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Sociology Solidarity Statement

Sociology Solidarity Statement


As the Department of Sociology, we stand in solidarity with all Black, Indigenous and racialized communities across North America who are protesting in response to police brutality and racial state violence. The brutal killings of George Floyd, Ahmaud Arbery, Breonna Taylor and others have caused tremendous pain, grief and public outrage among many communities in a situation in which everyday policing and surveillance practices, and the increased militarization of policing, violate the humanity of Black, Indigenous and people of colour. These events occur against the backdrop of a global pandemic which has further exacerbated and exposed the systematic discrimination and injustices causing hurt among socially marginalized communities that have been hit hardest by the defunding of public health care, social security and public education.

Canada has a long history of racial state violence targeting Black, Indigenous and racialized communities. Police use of deadly force in Canada is documented even in the absence of a national accounting of racialized police violence. As the Washington Post reports, there is now a long list of fatal shootings by the police in the United States that disproportionally affects Black lives. It not only represents the failure of thorough police oversight, but also the failure of a justice system that in many ways remains biased and rooted in white supremacist thought. As sociologists we are deeply concerned with these developments and call upon our colleagues and students to demand justice for Mr. George Floyd and all families who have lost loved ones to racist police violence in Canada.  Along with many scholars, artists, activists and others, we denounce the ongoing onslaught of violence against peaceful protesters and the political discourse that labels protesters in derogatory terms or even as domestic terrorists.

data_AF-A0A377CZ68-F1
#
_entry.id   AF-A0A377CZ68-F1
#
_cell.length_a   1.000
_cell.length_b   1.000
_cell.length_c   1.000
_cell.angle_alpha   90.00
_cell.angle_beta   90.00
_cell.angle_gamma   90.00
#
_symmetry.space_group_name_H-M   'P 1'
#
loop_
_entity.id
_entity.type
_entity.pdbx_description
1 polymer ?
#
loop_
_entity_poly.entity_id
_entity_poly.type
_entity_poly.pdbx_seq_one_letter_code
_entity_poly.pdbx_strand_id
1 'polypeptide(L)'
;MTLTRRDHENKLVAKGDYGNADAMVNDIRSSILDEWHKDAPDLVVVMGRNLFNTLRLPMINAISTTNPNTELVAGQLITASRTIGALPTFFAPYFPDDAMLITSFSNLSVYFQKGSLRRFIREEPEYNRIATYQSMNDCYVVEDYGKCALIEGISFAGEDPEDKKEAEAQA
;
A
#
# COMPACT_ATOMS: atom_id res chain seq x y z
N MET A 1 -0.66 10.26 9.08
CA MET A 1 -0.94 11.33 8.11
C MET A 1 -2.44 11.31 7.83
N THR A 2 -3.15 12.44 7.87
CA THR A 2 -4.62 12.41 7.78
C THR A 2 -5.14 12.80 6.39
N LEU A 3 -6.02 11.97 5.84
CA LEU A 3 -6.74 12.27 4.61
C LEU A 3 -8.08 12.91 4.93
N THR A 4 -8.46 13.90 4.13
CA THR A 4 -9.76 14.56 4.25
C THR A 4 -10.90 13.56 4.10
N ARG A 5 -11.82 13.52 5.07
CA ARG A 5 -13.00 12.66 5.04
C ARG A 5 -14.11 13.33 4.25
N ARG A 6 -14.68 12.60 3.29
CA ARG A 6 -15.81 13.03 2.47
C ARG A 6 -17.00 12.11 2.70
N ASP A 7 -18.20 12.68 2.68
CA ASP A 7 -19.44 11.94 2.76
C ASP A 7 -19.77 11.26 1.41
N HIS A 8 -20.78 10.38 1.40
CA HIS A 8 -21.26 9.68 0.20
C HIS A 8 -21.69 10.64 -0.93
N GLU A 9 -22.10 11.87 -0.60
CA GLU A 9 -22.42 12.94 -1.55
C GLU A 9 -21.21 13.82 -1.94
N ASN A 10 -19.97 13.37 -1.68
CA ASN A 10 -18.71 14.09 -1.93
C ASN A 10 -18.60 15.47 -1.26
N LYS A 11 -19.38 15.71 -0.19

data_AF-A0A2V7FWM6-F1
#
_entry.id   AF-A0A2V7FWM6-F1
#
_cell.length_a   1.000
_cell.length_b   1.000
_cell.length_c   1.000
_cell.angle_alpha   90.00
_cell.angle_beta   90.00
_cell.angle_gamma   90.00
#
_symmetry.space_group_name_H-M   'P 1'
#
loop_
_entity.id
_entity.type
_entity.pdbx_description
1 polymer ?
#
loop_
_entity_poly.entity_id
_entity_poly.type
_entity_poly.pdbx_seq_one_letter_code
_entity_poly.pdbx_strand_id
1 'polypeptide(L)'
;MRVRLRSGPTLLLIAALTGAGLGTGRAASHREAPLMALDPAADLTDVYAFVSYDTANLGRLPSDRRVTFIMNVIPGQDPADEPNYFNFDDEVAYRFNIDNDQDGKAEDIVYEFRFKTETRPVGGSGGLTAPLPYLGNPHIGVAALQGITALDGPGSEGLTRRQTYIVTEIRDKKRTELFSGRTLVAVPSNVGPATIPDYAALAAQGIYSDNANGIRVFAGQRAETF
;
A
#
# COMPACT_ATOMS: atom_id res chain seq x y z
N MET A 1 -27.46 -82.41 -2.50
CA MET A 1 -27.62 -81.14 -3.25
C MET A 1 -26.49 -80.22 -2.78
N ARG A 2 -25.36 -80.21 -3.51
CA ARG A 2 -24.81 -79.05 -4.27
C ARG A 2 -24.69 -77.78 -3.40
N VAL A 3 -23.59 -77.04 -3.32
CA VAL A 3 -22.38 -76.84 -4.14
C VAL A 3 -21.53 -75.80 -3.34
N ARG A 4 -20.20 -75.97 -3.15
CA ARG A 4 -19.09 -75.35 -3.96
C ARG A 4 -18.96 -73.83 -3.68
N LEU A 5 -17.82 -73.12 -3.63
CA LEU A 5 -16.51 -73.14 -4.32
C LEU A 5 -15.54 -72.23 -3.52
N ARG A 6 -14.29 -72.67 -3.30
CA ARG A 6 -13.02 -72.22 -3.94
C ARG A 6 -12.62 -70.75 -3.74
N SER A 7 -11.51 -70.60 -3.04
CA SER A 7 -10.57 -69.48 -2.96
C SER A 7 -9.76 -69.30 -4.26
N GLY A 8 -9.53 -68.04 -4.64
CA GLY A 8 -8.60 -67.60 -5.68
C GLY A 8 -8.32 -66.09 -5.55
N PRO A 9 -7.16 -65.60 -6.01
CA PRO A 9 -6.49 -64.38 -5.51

To paraphrase from a recent statement by the Ontario Council of Agencies Serving Immigrants (OCASI), “Canada is not immune” against racial state violence. Just last week, Regis Korchiniski-Paquet fell to her death from a balcony while police were in her apartment. According to a CBC investigation, Black people made up 36.5 per cent of fatalities involving Toronto police, despite accounting for just 8.3 per cent of the city's population, in the period from 2000-17. Like many others, Andrew Loku, Abdirahman Abdi, D’Andre Campbell, Jermaine Carby were killed in encounters with the police. As OCASI puts it, “Black people are twenty times more likely to be killed or injured by police in Toronto. In Montreal Black and Indigenous people are four to five times more likely to be stopped and carded by local police. Anti-Black racism, anti-Indigenous racism is the foundation of policing in North America and the systems and institutions and policies that govern our lives continue to promote white supremacism five hundred years into settler-colonialism and the Trans-Atlantic slave trade.”

As a department whose work is informed by critical social and historical analysis, public sociology, anti-racist, anti-colonial scholarship and activism, we condemn the ongoing criminalization of Black people. We call on our students, faculty, and administration at the university to take a stand against anti-Black racism.

Joint Statement by the Sociology Undergraduate and Graduate Program, York University, Toronto; June 3, 2020